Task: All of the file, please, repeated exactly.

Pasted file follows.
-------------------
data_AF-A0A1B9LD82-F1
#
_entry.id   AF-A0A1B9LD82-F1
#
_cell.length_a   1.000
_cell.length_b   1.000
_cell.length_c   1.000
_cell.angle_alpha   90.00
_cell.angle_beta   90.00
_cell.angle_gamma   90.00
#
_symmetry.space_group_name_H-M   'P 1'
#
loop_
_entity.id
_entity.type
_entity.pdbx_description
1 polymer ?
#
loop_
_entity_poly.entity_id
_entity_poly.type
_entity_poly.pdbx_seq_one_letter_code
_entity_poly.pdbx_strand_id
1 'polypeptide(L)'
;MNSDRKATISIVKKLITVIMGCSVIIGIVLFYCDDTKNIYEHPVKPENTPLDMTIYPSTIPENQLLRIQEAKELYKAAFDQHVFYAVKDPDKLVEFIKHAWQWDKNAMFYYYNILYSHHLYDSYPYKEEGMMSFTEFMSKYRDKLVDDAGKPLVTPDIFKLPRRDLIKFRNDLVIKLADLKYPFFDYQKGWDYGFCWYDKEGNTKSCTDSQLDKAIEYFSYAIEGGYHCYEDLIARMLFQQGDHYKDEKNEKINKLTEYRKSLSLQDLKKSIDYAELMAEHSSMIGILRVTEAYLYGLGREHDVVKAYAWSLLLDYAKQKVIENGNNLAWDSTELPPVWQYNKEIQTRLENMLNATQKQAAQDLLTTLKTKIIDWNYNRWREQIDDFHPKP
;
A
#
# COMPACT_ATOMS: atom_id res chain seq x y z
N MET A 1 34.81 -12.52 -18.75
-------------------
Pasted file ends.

data_AF-A0A1B9LD82-F1
#
_entry.id   AF-A0A1B9LD82-F1
#
_cell.length_a   1.000
_cell.length_b   1.000
_cell.length_c   1.000
_cell.angle_alpha   90.00
_cell.angle_beta   90.00
_cell.angle_gamma   90.00
#
_symmetry.space_group_name_H-M   'P 1'
#
loop_
_entity.id
_entity.type
_entity.pdbx_description
1 polymer ?
#
loop_
_entity_poly.entity_id
_entity_poly.type
_entity_poly.pdbx_seq_one_letter_code
_entity_poly.pdbx_strand_id
1 'polypeptide(L)'
;MNSDRKATISIVKKLITVIMGCSVIIGIVLFYCDDTKNIYEHPVKPENTPLDMTIYPSTIPENQLLRIQEAKELYKAAFDQHVFYAVKDPDKLVEFIKHAWQWDKNAMFYYYNILYSHHLYDSYPYKEEGMMSFTEFMSKYRDKLVDDAGKPLVTPDIFKLPRRDLIKFRNDLVIKLADLKYPFFDYQKGWDYGFCWYDKEGNTKSCTDSQLDKAIEYFSYAIEGGYHCYEDLIARMLFQQGDHYKDEKNEKINKLTEYRKSLSLQDLKKSIDYAELMAEHSSMIGILRVTEAYLYGLGREHDVVKAYAWSLLLDYAKQKVIENGNNLAWDSTELPPVWQYNKEIQTRLENMLNATQKQAAQDLLTTLKTKIIDWNYNRWREQIDDFHPKP
;
A
#
# COMPACT_ATOMS: atom_id res chain seq x y z
N MET A 1 34.81 -12.52 -18.75